Citizen Editorial

Submit your viewpoints on local happenings and current events.

Editorials must be submitted with name, phone number and city of residence, only your name and city will be published.

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The views expressed are those of the authors, and do not necessarily reflect the position of the staff, management or owners of KMAS News Radio.

Citizen Editorial: The Man With Two Hats And Three Faces

We have in our County of such unusual  cases,
 A man with two hats and three different faces.
He holds both a Commissioner and  State Senator seat,
But many times misses when the commissioners meet.
There are many who doubt it can really be done,
To do two fulltime jobs, and  a  business to run.
But there is still  another conundrum to solve,
What face does he use as he constantly revolves?
To change and adapt to what group he is talking,
He will be what you want, and say without balking,
“I’m a Democrat, Independent or Republican” he will cite,
Then just  choose the right face to get them to bite
And reels them in like fish on a line,
But their only use is  to  make him shine.
“I will work very hard.” he says , with a thrust  his chin,
“But maybe,  much, much later, for now I must win.”
You may ask what we have for all his years,
Lawsuits and a  sewer that  bring us to tears.
The resident’s wallets hold less and less money
To pay for these debacles that aren’t very funny.
He collects for two jobs but works about  one and a half.
If we all could do that, how much we would laugh.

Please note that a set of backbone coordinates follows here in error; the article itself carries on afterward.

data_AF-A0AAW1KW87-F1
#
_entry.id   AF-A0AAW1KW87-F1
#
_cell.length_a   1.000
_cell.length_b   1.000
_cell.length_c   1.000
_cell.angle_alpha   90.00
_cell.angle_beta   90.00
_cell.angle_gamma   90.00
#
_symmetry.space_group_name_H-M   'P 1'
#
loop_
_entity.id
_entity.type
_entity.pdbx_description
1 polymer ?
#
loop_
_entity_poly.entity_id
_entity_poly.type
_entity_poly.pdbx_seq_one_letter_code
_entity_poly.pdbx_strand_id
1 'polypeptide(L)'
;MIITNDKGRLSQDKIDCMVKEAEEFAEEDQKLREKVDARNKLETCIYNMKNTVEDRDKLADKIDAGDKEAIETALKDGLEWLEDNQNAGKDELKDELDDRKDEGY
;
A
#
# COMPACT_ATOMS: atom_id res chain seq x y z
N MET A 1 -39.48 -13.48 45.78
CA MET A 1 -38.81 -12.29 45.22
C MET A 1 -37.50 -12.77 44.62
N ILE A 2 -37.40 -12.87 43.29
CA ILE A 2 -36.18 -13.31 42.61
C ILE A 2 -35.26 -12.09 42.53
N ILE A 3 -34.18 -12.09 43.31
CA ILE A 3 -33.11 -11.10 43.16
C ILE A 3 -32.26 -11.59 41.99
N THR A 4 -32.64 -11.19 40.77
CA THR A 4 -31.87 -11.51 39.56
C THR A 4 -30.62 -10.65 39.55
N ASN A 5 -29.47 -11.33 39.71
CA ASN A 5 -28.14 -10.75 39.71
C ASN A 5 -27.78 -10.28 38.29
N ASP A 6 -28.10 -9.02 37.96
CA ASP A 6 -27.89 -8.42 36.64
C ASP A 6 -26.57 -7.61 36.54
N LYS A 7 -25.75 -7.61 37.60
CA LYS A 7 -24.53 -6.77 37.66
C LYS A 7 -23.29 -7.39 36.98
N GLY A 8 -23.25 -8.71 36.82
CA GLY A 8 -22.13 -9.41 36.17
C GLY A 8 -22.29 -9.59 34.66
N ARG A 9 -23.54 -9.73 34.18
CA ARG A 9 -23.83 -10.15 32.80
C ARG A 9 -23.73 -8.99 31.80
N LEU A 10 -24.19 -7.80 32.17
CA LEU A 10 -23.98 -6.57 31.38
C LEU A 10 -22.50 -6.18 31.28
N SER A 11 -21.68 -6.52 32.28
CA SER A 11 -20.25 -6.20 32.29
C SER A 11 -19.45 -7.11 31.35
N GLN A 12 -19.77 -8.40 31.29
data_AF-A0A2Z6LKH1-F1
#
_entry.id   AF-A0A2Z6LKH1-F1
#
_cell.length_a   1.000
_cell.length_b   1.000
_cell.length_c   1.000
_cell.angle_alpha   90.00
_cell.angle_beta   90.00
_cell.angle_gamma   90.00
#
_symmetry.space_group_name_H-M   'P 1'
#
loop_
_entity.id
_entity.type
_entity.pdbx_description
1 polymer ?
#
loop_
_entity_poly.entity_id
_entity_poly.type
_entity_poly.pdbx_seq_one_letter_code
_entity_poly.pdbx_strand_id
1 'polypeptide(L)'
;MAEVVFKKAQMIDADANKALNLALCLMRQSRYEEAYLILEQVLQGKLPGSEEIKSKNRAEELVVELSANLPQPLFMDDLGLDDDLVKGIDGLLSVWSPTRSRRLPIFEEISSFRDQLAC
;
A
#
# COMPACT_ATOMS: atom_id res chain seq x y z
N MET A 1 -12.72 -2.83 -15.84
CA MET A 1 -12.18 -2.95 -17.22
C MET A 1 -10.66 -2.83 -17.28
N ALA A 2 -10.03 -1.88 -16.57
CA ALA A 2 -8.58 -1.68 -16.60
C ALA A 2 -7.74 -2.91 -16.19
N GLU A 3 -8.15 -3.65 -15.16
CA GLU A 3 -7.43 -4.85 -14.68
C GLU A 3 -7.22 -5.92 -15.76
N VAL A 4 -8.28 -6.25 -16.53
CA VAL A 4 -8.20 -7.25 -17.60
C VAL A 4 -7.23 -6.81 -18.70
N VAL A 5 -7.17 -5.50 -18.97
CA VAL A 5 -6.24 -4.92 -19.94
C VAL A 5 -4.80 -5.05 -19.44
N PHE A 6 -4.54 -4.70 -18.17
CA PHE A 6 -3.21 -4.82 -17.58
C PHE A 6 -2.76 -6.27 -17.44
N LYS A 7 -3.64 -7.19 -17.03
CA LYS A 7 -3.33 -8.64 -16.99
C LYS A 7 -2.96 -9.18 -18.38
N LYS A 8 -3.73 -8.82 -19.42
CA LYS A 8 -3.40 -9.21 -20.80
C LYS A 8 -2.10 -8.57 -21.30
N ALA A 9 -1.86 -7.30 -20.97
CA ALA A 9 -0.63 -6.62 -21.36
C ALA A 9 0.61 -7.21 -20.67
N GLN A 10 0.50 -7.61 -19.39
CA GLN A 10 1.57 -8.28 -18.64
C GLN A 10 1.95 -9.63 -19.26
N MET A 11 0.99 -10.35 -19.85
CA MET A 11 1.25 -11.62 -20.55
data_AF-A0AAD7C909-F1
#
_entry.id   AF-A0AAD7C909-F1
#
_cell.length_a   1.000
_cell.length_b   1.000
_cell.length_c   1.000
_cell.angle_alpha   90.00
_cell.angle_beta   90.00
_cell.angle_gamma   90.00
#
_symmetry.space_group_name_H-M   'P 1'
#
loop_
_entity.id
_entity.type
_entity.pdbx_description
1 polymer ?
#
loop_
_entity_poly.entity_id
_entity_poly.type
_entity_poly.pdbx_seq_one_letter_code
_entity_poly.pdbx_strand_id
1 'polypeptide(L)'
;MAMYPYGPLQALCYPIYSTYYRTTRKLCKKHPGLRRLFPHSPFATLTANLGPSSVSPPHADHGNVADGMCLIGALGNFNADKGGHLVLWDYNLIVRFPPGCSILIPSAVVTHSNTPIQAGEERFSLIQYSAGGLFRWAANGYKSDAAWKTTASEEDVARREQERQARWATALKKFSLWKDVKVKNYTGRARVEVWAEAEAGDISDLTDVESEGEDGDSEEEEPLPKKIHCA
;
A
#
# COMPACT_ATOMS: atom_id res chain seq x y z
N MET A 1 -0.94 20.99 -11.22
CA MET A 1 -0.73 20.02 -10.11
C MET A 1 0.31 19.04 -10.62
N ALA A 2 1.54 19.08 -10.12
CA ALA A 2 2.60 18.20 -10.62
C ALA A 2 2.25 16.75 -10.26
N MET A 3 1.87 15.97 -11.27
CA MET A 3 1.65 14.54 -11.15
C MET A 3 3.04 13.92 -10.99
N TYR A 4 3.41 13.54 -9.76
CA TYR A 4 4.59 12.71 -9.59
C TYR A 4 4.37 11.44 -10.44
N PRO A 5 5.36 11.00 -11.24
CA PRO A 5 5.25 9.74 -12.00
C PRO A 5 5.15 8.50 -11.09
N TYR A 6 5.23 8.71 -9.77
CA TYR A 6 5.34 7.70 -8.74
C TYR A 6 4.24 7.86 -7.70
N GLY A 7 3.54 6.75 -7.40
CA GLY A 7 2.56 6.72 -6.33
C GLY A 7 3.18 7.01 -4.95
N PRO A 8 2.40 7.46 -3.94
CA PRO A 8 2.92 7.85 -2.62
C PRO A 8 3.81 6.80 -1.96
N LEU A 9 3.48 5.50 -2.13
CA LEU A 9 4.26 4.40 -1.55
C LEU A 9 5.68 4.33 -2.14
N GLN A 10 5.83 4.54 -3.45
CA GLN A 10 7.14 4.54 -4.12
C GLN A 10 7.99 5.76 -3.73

To “Joe Citizen”, “I’m a Democrat”. He say with a grin,
 But I’ll  change to Independent in order to win.”
The issues are no matter for he knows the score,
And votes  Republican, because he’s that to the core.
All the smiling, and handshaking and promises he makes,
Are not for us poor peons,  we don’t have what it takes.
Ever ambitious, and ever alert he ferrets out those,
Who will advance his career, and the issues he  chose.
 There is no care how hard some are struggling,
To keep family  together no matters how troubling.
So think before voting is this who we need?
Or Irene Bowling  who’s ready to lead,    
Who gathers information and is determined to learn,
How to make sure our welfare  is  the major concern.

Patricia Vandehey, Shelton

July 21, 2014

Citizen Editorial: Campaigning or Bullying?

Reports of missing signs, false accusations, dredging up past actions that have no relevance to the campaign, and name calling in our political campaigns smacks of the classic definitions of bullying; "A person who hurts or brow beats those who are weaker". Why would any of our political candidates behave in those tactics or that manner? Are they unable to describe their own accomplishments and their own good behavior to brag about? How about a candidate that can stand behind their own positive actions and good deeds? And can/will articulate the progressive good actions they have and will take to improve their government, community and place in life? ... Just saying, look in the mirror, that's not a beauty mark!

Jerry Eckenrode, Hoodsport

July 17, 2014

Citizen Editorial: Can Soccer Become Mainstream?

The first half of the 2014 baseball season has come to an end. There are my angles I could find to write on the Mariners. They are having one of their best seasons in the last decade, but as I attended their last game before the All-Star break, my thoughts turned towards another sport. On this particular July day, both the World Cup final and the Seattle Sounders vs. Portland Timbers soccer game were happening. That got me to thinking – what can soccer do to appeal to more non soccer fans?

I will be the first to admit that I think soccer is boring most of the time. Amongst my friends, I have often been the naysayer when discussing the merits of the world’s most popular sport. But why do so many people worldwide have such an affinity for it when I think I’d rather go watch my grass grow in my front yard? There has to be something soccer can do to appeal to the perfect non soccer audience – i.e. me. Below is a list of the top five things the world of soccer could do to bring excitement to their sport.